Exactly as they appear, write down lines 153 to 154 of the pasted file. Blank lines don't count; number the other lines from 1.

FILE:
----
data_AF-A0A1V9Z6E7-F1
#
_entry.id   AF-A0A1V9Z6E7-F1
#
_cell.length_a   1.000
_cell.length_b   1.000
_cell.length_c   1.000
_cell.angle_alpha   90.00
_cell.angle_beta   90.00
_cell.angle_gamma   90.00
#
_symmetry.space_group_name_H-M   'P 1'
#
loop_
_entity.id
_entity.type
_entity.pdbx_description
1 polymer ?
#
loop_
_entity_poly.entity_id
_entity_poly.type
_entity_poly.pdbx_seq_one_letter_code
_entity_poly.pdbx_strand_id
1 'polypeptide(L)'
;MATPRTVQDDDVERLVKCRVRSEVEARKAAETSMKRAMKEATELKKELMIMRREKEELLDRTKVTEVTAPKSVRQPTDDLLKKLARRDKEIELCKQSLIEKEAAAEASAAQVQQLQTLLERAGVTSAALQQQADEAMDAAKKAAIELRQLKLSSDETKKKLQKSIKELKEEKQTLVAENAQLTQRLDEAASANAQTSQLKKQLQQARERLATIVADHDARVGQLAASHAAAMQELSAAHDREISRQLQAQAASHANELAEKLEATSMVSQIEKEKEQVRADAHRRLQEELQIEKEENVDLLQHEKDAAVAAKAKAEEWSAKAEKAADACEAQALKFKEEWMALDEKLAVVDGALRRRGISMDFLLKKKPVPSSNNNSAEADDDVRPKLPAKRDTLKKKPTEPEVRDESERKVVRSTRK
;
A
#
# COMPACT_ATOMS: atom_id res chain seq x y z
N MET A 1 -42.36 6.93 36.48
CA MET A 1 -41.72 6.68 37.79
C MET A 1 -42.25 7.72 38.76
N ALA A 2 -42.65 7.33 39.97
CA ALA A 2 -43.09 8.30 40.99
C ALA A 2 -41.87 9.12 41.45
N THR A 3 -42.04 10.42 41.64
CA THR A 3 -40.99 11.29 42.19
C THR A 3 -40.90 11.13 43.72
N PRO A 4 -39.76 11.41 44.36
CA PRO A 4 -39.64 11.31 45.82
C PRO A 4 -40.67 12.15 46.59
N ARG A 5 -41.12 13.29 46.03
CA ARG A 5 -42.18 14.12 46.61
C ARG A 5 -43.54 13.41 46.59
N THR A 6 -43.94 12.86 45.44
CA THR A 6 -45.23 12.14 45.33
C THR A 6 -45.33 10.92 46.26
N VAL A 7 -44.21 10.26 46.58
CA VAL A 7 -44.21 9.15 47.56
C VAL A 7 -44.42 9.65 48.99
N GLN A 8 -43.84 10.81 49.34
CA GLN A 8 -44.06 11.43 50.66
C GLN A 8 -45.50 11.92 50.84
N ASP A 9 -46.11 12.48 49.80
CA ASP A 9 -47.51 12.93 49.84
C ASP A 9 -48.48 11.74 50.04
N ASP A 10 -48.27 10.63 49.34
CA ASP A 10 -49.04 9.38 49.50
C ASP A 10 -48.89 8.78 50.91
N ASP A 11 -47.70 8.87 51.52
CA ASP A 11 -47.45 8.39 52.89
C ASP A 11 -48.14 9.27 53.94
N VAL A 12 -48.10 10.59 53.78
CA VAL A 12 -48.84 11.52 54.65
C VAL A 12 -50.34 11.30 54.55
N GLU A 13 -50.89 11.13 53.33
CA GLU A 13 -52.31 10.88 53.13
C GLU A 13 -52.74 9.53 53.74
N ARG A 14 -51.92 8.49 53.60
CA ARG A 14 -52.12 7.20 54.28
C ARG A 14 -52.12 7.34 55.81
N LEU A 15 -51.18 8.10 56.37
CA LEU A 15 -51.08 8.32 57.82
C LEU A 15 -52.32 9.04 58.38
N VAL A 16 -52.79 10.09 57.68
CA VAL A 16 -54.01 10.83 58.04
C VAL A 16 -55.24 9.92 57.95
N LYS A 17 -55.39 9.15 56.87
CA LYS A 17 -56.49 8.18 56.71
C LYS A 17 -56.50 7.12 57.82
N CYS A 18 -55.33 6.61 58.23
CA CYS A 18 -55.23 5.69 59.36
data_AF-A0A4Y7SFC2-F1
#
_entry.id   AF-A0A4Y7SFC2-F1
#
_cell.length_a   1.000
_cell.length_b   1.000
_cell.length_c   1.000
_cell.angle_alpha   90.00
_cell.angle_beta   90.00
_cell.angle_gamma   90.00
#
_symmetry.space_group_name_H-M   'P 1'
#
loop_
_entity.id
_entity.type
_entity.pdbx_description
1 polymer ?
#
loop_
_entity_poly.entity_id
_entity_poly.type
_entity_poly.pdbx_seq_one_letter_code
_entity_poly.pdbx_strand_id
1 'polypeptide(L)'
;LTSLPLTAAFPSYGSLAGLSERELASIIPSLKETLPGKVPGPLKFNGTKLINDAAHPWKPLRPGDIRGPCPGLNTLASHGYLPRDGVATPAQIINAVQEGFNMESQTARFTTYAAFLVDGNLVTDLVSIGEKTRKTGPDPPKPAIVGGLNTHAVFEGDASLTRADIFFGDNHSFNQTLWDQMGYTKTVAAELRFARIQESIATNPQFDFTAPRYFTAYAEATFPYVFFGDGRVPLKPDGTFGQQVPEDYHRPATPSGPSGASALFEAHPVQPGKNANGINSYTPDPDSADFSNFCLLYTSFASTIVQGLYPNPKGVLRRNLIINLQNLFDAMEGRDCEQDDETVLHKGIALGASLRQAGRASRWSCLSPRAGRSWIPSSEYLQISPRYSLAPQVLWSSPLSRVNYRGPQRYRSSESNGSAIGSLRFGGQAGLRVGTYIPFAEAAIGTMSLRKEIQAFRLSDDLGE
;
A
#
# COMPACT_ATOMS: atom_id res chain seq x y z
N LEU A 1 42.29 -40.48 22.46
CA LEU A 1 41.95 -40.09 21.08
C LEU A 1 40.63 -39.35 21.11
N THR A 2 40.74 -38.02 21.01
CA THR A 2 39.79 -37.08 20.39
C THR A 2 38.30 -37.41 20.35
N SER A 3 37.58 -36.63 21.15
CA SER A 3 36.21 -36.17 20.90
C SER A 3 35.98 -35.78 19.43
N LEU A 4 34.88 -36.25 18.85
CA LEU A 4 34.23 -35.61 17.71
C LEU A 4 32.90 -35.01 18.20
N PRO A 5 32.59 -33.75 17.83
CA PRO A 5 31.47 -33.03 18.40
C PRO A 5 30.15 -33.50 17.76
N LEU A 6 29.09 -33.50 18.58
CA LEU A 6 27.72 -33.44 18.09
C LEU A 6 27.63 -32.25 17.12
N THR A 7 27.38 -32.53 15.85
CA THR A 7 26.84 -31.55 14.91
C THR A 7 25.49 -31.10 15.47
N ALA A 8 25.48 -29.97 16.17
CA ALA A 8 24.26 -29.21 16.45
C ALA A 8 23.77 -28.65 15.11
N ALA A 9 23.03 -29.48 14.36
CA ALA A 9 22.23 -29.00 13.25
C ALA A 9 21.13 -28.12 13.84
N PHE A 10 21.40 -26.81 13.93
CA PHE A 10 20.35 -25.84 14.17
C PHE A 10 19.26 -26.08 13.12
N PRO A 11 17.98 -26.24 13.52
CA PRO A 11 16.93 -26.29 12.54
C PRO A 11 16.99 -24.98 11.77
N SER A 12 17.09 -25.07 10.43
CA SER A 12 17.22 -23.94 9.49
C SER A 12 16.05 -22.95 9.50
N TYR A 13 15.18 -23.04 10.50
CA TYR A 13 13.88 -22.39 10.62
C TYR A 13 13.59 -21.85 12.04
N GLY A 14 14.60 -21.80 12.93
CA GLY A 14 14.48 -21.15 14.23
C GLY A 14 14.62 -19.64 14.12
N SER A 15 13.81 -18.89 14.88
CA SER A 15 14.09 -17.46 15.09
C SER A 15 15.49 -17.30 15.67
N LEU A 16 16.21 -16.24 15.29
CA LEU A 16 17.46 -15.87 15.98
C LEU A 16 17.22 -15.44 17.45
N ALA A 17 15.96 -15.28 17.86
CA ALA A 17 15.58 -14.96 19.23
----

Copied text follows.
N GLY A 14 14.60 -21.80 12.93
CA GLY A 14 14.48 -21.15 14.23